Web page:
L'Aquila, which mean 'The Eagle' in Italian, is the capital city of the region of Abruzzo as well as being the capital of province of L'Aquila.
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It is situated in the west of the region, close to the border with Lazio and surrounded by the Apennine mountains. The Grand Sasso massif is to the north east of the city.
Gran Sasso - Photo: Idéfix
L'Aquila is located at an altitude of 721 metres, between four moutain peaks all over 2,000 metres. The fact that the city is surrounded by mountains makes it unusually cool for central Italy. It is said that L'Aquila enjoys a climate of eleven cool months and one cold one!
Gran Sasso in the winter - Photo: Roteldav
The city was constructed in 1254 by the then King of Sicily, Conrad IV. It was an important location and became the second city of the kingdom of Naples.
Portici di Corso Vittorio Emanuele - Photo: Ra Boe
But the history of L'Aquila has always been dangerous and violent. A combination of war, the plague and constant earthquakes has destroyed the city and decimated its population many times.
Located directly over an area of constant seismic activity, L'Aquila has suffered from serious earthquakes throughout its history. There have been a total of eleven since 1315. The worst, in terms of loss of life, was in 1786, when more than 6,000 people were killed.
Earthquake intensity map
The latest, was on April 6th, 2009. This earthquake has caused controversy in Italy for a number of reasons. The tremours that preceded the larger earthquake caused concern in the area. A team of seismologists that visited the City declared the area safe and recommended that citizens stay in their homes.
Emergency Services examining the earthquake damage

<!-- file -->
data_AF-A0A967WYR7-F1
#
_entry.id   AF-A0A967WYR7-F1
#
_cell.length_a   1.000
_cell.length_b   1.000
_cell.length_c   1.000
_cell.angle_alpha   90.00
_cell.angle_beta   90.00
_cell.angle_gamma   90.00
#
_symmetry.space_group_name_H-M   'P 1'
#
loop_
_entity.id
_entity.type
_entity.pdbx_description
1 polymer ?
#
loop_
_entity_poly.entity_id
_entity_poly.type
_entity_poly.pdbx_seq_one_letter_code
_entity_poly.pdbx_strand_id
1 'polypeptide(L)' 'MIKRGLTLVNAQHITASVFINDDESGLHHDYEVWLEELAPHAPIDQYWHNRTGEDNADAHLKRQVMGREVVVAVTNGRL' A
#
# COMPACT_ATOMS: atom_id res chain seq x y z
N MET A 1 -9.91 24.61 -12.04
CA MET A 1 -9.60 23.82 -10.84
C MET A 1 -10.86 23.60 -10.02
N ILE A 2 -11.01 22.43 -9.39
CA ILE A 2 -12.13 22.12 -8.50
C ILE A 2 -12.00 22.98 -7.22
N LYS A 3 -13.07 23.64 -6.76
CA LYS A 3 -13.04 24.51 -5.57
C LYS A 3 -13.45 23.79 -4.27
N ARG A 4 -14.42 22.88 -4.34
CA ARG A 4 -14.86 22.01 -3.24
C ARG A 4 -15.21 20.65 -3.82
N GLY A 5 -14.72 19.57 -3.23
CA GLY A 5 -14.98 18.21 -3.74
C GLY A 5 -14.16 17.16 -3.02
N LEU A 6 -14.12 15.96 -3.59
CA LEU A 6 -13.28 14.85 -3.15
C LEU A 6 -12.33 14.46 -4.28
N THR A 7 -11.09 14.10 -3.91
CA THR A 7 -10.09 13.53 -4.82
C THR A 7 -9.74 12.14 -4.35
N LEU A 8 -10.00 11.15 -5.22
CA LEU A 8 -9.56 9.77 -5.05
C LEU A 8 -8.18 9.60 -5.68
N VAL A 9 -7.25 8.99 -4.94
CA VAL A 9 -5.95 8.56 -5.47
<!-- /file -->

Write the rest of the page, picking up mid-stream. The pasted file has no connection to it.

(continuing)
The earthquake that followed a few days later killed 308 people, injured 1,500 and made 65,000 homeless. Members of the team were prosecuted and found guilty, only to be subsequently released on appeal. These events have caused a great deal of anger on both sides of the argument.
Another area of controversy concerned the collapse of a university dormitory block which killed several students. Investigations showed that the building had been constructed without adhering to the rules and regulations governing construction in seismic areas. Those responsible were prosecuted. Silvio Berlusconi, prime minister at the time of the earthquake, moved a scheduled meeting of the G8 leaders from Sardinia to L'Aquila to show support for the stricken inhabitants. The rebuilding of the city, still not completed, has also been making the news with several local officials being accused of corruption, fraud and the misuse of public funds.
Despite the continuous damage inflicted on the city, there are a number of important buildings still standing.
The Spanish Fort - Photo: LIAP
The huge Spanish fort (Forte Spagnolo), standing at the highest point of l'Aquila, was erected in 1534 by the Spanish viceroy Don Pedro de Toledo. It is currently used as the National Museum of Abruzzo.
The Cathedral of San Massimo (the Duomo) dates back to the 13th century. It was partially destroyed during the earthquake of 1703, rebuilt and then seriously damaged in 2009.
Piazza Duomo - Photo: Ra Boe
Another well-known city landmark is the Fontana Luminosa ('Luminous Fountain'), a sculpture of two women bearing large jars, built in the 1930s.
Fontana Luminosa - photo: Michele Modica
Another beautiful and historic fountain in the city centre is La fontana delle 99 cannelle (The fountain of the 99 spouts).
La fontana delle 99 cannelle - Photo: Ra Boe
Population density: 152.0 per square km
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